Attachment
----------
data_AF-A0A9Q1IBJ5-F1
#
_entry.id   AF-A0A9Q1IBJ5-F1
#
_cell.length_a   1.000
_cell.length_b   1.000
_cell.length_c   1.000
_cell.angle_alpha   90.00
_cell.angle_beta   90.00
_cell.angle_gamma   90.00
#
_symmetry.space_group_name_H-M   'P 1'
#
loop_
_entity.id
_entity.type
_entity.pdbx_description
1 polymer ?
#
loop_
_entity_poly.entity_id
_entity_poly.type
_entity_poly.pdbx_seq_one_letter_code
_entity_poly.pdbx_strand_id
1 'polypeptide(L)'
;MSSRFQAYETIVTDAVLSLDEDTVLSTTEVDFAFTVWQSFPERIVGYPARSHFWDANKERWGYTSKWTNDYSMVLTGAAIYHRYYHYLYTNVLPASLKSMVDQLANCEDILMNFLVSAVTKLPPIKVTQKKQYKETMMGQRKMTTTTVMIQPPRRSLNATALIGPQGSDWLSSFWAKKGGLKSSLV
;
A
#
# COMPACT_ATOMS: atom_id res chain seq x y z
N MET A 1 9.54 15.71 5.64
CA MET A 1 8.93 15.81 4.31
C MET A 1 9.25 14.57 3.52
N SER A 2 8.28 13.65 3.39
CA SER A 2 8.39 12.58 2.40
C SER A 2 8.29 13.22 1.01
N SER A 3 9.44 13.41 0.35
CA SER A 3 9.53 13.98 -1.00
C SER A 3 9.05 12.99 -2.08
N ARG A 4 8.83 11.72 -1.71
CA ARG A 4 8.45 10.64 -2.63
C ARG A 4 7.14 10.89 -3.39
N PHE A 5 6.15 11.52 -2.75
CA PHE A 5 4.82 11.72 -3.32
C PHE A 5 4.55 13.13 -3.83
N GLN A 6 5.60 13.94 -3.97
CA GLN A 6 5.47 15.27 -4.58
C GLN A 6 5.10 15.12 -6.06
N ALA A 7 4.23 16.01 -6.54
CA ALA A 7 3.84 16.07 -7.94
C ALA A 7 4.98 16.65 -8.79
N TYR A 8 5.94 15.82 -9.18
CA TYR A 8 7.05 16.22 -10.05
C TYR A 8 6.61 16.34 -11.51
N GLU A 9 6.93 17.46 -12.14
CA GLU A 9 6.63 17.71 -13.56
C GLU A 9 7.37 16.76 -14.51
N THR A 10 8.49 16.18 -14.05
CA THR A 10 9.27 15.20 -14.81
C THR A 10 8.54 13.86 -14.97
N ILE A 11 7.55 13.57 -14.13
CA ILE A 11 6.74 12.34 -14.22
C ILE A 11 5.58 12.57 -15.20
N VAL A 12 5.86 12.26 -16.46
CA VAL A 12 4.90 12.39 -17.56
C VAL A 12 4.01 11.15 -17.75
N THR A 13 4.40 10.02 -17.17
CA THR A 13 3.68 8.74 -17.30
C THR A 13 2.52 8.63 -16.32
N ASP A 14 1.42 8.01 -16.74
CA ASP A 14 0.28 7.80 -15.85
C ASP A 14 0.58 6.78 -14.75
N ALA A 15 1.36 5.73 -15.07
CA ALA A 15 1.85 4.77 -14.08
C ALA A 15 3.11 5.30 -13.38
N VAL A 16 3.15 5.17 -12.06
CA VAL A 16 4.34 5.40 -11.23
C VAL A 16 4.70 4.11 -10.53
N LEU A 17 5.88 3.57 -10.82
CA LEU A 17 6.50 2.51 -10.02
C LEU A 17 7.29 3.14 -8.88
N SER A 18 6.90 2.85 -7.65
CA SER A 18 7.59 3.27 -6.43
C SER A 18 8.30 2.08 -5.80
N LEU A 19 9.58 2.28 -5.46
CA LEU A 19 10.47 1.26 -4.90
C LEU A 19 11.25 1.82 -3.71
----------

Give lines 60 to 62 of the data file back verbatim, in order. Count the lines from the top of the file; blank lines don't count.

C THR A 10 8.54 13.86 -14.97
N ILE A 11 7.55 13.57 -14.13
CA ILE A 11 6.74 12.34 -14.22